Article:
When I visited the cathedral, I was invited behind the icon screen to see and reverence the most celebrated relic in the church, the shroud-wrapped body of the Empress Saint Theodora (Θεοδώρα), kept in a lined silver sarcophagus in a shrine on the right-hand side of the iconostasis.
Saint Theodora (815-867) was empress and wife of the emperor of the Byzantine, Theophilos. She lived during the conflicts and divisions of the iconoclastic heresy, and she brought that conflict to an end in the Great Church of Aghia Sophia in Constantinople on 11 March 843, an event celebrated in the Orthodox Church as ‘the Triumph of Orthodoxy.’
Her husband Theophilos was an iconoclast, but Theodora held fast to the veneration of icons she kept in her private rooms in the imperial palace.
One story recalls how a servant witnessed her venerating her icons and reported her to the emperor. When her husband confronted her, she stated that she had merely been ‘playing with dolls.’ Two of her icons are kept at the monastery of Vatopedi on Mount Athos to this day and are referred to as ‘Theodora’s Dolls.’
When her husband Theophilos died on 20 January 842 at the age of 29, Theodora became the regent for her son Michael. She called a council chaired by the Patriarch Methodius, at which the veneration of icons was finally restored and the iconoclastic clergy were deposed.
Theodora died sometime after the murder of her son Michael in 867. She was recognised as a saint because of her zeal for the restoration of icons. Her body and the body of the island’s patron saint, Saint Spyridon, were moved to Corfu after the Fall of Constantinople.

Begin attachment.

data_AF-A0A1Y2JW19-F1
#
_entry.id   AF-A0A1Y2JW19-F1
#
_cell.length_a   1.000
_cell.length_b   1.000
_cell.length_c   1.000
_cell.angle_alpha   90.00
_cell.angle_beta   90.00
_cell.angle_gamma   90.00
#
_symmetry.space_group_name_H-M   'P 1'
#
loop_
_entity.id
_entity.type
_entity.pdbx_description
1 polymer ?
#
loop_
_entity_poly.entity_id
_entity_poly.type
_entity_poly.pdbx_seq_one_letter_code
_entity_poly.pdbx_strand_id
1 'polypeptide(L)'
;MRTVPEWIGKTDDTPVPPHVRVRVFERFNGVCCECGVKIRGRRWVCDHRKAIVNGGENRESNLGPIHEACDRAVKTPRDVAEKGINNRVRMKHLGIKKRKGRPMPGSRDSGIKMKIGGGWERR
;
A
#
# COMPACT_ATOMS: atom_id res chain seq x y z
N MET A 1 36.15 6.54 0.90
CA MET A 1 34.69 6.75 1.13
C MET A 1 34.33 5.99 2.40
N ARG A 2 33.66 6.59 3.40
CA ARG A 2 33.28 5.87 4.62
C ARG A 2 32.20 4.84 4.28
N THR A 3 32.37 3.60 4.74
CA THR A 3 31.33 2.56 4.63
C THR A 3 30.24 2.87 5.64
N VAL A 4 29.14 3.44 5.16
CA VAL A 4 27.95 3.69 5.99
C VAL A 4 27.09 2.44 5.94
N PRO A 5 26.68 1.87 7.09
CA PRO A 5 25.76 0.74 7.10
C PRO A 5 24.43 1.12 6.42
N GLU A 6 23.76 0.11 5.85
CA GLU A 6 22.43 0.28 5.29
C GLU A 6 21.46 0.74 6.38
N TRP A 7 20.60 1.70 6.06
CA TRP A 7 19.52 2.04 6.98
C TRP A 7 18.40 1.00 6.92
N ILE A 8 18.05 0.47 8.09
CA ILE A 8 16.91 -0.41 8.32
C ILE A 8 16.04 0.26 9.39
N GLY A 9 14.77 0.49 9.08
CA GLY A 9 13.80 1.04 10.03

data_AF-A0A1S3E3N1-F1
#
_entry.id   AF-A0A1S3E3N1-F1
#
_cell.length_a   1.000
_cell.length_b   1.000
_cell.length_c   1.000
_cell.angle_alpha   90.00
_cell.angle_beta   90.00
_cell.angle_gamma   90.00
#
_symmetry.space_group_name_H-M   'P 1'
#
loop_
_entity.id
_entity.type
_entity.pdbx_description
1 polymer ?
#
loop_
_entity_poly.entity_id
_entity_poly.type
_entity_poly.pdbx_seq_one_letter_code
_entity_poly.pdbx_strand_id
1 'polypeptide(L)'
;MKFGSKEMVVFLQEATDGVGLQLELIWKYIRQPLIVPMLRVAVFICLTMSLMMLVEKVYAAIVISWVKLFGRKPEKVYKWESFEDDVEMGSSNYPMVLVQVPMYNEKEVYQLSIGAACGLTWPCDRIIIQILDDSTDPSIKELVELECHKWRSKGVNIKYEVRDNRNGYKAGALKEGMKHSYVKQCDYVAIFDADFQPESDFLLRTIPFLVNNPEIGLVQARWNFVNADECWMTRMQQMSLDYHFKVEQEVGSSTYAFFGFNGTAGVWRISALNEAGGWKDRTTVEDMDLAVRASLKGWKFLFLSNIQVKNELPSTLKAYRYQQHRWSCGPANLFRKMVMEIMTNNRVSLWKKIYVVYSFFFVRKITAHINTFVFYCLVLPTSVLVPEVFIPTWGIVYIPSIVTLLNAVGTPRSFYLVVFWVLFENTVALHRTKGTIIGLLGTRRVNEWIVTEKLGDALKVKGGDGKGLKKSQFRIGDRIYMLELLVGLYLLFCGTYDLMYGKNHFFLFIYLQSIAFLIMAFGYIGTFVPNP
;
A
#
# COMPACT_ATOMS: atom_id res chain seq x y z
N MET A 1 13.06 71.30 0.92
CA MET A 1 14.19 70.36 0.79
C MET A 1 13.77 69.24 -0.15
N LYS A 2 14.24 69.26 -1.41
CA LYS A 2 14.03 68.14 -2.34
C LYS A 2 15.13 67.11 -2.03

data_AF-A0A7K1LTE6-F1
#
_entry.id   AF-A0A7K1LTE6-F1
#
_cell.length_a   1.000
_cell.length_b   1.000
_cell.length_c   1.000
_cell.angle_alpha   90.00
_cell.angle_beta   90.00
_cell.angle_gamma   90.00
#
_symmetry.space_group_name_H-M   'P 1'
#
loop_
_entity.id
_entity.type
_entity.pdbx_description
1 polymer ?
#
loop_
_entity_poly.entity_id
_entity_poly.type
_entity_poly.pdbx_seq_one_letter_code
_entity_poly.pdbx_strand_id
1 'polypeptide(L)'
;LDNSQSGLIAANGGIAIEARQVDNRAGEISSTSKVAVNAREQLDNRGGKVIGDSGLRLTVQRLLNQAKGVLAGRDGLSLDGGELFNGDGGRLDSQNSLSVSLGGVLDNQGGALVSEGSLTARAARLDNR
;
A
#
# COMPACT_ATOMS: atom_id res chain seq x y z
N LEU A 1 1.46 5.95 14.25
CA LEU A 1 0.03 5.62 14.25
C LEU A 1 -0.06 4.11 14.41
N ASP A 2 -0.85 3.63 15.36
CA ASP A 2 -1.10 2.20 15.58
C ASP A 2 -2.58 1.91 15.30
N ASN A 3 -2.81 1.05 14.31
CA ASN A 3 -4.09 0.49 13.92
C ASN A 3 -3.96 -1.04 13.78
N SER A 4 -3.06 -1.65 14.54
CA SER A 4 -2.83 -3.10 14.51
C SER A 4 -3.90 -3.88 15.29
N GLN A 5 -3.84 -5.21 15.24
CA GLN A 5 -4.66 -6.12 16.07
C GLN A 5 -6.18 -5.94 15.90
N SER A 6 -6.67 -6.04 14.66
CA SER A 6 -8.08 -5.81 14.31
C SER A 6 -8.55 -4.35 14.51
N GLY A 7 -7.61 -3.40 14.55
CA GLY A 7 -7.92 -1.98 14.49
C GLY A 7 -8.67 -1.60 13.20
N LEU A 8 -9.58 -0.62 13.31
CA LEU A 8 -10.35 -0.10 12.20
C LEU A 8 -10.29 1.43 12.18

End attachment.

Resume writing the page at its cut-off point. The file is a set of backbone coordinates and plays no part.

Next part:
Saint Theodora’s feast day is 11 February – the same day as feast of Saint Vlassis, and they both share the dedication of the cathedral.
The relics of Saint Theodora the Empress are carried in procession through the streets of Corfu on the first Sunday of Great Lent, celebrated in the Orthodox Church as the Sunday of the Triumph of Orthodoxy. On the same day, the church distributes pieces of watermelon in remembrance of a miracle attributed to Saint Vlassis, who cured the children of Corfu of a disease of the throat.
Mark 8: 1-10 (NRSVA):
1 In those days when there was again a great crowd without anything to eat, he called his disciples and said to them, 2 ‘I have compassion for the crowd, because they have been with me now for three days and have nothing to eat. 3 If I send them away hungry to their homes, they will faint on the way – and some of them have come from a great distance.’ 4 His disciples replied, ‘How can one feed these people with bread here in the desert?’ 5 He asked them, ‘How many loaves do you have?’ They said, ‘Seven.’ 6 Then he ordered the crowd to sit down on the ground; and he took the seven loaves, and after giving thanks he broke them and gave them to his disciples to distribute; and they distributed them to the crowd. 7 They had also a few small fish; and after blessing them, he ordered that these too should be distributed. 8 They ate and were filled; and they took up the broken pieces left over, seven baskets full. 9 Now there were about four thousand people. And he sent them away. 10 And immediately he got into the boat with his disciples and went to the district of Dalmanutha.
USPG Prayer Diary:
The theme in the USPG Prayer Diary for the past week has been ‘Christianity in Pakistan.’ This theme was introduced on Sunday by Nathan Olsen.
The USPG Prayer Diary today invites us to pray in these words:
Let us give thanks for the witness of the Church in Pakistan and its passion to educate and train its clergy and laity. May we be inspired by their example and never take our freedom for granted.
Scripture quotations are from the New Revised Standard Version Bible: Anglicised Edition copyright © 1989, 1995, National Council of the Churches of Christ in the United States of America. Used by permission. All rights reserved worldwide. http://nrsvbibles.org
Posted by Patrick Comerford at 06:30